Can a Commute Ever Be Too Short?

The year I lived across the street from work.

Eliminating My Commute

When I was in my early twenties, I had the longest commute of my life. I lived in an apartment on one side of Chicago and worked in a warehouse on the other side.

With a car, the drive probably would have only taken half an hour or so. Unfortunately, like many young Chicagoans, I didn’t have a vehicle of my own and relied on public transit instead.

Every morning I walked 15 minutes to the El, take a train ride into the center of the city, then transfer to a bus which I took the rest of the way to work.

The whole trip took up to an hour and a half, and I’d have to repeat the entire process in reverse to get home at the end of each day.

I hated the commute and vowed to never live so far from work again.

When my lease ended, I decided to go to the opposite extreme: I’d find an apartment as close to work as possible.

As luck would have it, there was an apartment for rent directly across the street from the warehouse.

This was so close that I could literally see the apartment’s front door from the loading dock at work.

It felt like winning the lottery. I jumped on the chance to rent it, and just like that, my commute was virtually eliminated.

My first morning in the new apartment, I slept in more than an hour later than I was used to, and then literally walked across the street to work.

At the end of the day, I was back home a minute after clocking out.

I felt like I had unlocked the ultimate hack to achieving a work-life balance.

The Ups and Downs of Living Next to Work

There were a lot of things that I loved about living so close to work.

Most importantly, I suddenly had two to three hours of extra free time every day. It was an incredibly freeing and stress-relieving experience.

My old commute was outrageously long, and I would never live that far from work again.

Another unforeseen bonus was that I could start going home for lunch each day.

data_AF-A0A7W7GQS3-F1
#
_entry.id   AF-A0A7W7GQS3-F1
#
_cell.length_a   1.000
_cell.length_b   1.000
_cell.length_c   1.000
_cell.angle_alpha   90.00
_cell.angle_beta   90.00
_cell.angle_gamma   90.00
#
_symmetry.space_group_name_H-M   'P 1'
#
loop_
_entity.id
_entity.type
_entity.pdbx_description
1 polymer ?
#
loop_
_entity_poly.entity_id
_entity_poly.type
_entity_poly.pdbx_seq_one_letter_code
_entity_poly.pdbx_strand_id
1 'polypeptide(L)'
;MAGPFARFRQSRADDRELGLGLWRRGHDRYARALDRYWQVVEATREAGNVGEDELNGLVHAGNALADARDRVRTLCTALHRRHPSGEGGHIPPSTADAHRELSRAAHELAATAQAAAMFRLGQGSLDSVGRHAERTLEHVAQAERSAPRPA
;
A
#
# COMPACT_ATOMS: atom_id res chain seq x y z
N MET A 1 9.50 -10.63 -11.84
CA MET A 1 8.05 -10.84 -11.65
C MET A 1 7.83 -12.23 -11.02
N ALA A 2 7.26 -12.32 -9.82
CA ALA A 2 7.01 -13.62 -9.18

I had always been the type to go out to eat for lunch, wasting money on crappy food each day. Once I started going home for lunch, I was eating both better and cheaper.

It was also very relaxing to be able to take half an hour to sit on my own couch and watch a little TV in the middle of the day.

Unfortunately, I also quickly realized that there were downsides to living directly across the street from work.

Very early on, I decided that I didn’t really want my boss and coworkers knowing how close I lived. I worried that people might invite themselves over, or start relying on me to come into work during my off-hours since I lived nearby.

This caused a lot of ridiculous worrying as I tried my best to avoid having coworkers spot me entering and leaving my apartment.

Sometimes I would stand by the window, peeking out the curtains to see if the coast was clear. Other times, I would exit through the alley in the back and walk around the block to disguise where I’d come from.

I only ever told a handful of coworkers that I lived so close.

Another problem with living near work was that it felt like my whole life was taking place on just one block. It made my home and work life seem blended together.

I realized that I needed some level of physical separation between home and work in order to feel a psychological separation between the two.

By the time that my year lease ended, I had come to regret living quit so close to work. It was better than living an hour and a half away, but it had plenty of its own problems.

I still think it’s great to live near work, but not to take it to quite the extreme that I did.

I left both that apartment and that job around the same time, right as I started law school. In my next apartment, I still lived within walking distance from school, but it was more of a fifteen-minute walk instead of a sprint across the street. It was a much happier middle-ground.

I’m a lawyer and teacher from North Carolina. I write about sobriety, mental health, running, and more. Buy me a “coffee” at

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